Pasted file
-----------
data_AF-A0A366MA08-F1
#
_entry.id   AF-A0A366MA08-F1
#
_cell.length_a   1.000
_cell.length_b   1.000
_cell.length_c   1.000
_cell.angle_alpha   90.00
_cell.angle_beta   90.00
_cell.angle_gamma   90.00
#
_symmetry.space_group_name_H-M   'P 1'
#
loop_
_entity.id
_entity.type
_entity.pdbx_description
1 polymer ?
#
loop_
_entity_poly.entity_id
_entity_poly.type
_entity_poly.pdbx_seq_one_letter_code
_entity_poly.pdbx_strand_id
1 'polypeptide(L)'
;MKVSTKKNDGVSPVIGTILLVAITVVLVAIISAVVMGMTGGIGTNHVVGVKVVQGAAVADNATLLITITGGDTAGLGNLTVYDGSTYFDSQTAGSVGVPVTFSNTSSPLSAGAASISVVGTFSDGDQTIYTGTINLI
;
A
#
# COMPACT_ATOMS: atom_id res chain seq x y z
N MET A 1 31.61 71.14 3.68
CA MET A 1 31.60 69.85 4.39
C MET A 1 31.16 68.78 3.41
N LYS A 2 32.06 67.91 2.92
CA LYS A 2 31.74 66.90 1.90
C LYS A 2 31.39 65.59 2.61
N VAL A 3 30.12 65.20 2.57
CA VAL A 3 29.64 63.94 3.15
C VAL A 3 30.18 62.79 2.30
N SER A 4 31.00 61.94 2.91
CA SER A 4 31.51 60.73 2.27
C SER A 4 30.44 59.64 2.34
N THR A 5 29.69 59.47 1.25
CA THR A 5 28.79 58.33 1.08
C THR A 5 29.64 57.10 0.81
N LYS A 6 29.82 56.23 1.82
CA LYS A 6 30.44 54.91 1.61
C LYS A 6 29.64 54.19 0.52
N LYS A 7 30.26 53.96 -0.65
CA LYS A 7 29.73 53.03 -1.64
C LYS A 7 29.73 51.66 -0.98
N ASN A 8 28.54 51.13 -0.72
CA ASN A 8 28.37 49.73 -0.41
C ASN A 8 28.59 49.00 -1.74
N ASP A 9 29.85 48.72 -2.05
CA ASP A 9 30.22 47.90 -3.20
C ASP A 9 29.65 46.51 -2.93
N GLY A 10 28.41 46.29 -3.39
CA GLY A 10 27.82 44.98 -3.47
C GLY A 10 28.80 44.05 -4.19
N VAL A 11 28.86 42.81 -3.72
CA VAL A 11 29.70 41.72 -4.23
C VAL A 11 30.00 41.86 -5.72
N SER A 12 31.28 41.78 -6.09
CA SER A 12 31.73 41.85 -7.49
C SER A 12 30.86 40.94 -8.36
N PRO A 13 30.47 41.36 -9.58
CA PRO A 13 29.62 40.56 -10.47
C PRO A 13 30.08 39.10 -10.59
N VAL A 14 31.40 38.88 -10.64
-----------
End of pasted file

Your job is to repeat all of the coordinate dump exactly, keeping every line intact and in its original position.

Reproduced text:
data_AF-A0A366MA08-F1
#
_entry.id   AF-A0A366MA08-F1
#
_cell.length_a   1.000
_cell.length_b   1.000
_cell.length_c   1.000
_cell.angle_alpha   90.00
_cell.angle_beta   90.00
_cell.angle_gamma   90.00
#
_symmetry.space_group_name_H-M   'P 1'
#
loop_
_entity.id
_entity.type
_entity.pdbx_description
1 polymer ?
#
loop_
_entity_poly.entity_id
_entity_poly.type
_entity_poly.pdbx_seq_one_letter_code
_entity_poly.pdbx_strand_id
1 'polypeptide(L)'
;MKVSTKKNDGVSPVIGTILLVAITVVLVAIISAVVMGMTGGIGTNHVVGVKVVQGAAVADNATLLITITGGDTAGLGNLTVYDGSTYFDSQTAGSVGVPVTFSNTSSPLSAGAASISVVGTFSDGDQTIYTGTINLI
;
A
#
# COMPACT_ATOMS: atom_id res chain seq x y z
N MET A 1 31.61 71.14 3.68
CA MET A 1 31.60 69.85 4.39
C MET A 1 31.16 68.78 3.41
N LYS A 2 32.06 67.91 2.92
CA LYS A 2 31.74 66.90 1.90
C LYS A 2 31.39 65.59 2.61
N VAL A 3 30.12 65.20 2.57
CA VAL A 3 29.64 63.94 3.15
C VAL A 3 30.18 62.79 2.30
N SER A 4 31.00 61.94 2.91
CA SER A 4 31.51 60.73 2.27
C SER A 4 30.44 59.64 2.34
N THR A 5 29.69 59.47 1.25
CA THR A 5 28.79 58.33 1.08
C THR A 5 29.64 57.10 0.81
N LYS A 6 29.82 56.23 1.82
CA LYS A 6 30.44 54.91 1.61
C LYS A 6 29.64 54.19 0.52
N LYS A 7 30.26 53.96 -0.65
CA LYS A 7 29.73 53.03 -1.64
C LYS A 7 29.73 51.66 -0.98
N ASN A 8 28.54 51.13 -0.72
CA ASN A 8 28.37 49.73 -0.41
C ASN A 8 28.59 49.00 -1.74
N ASP A 9 29.85 48.72 -2.05
CA ASP A 9 30.22 47.90 -3.20
C ASP A 9 29.65 46.51 -2.93
N GLY A 10 28.41 46.29 -3.39
CA GLY A 10 27.82 44.98 -3.47
C GLY A 10 28.80 44.05 -4.19
N VAL A 11 28.86 42.81 -3.72
CA VAL A 11 29.70 41.72 -4.23
C VAL A 11 30.00 41.86 -5.72
N SER A 12 31.28 41.78 -6.09
CA SER A 12 31.73 41.85 -7.49
C SER A 12 30.86 40.94 -8.36
N PRO A 13 30.47 41.36 -9.58
CA PRO A 13 29.62 40.56 -10.47
C PRO A 13 30.08 39.10 -10.59
N VAL A 14 31.40 38.88 -10.64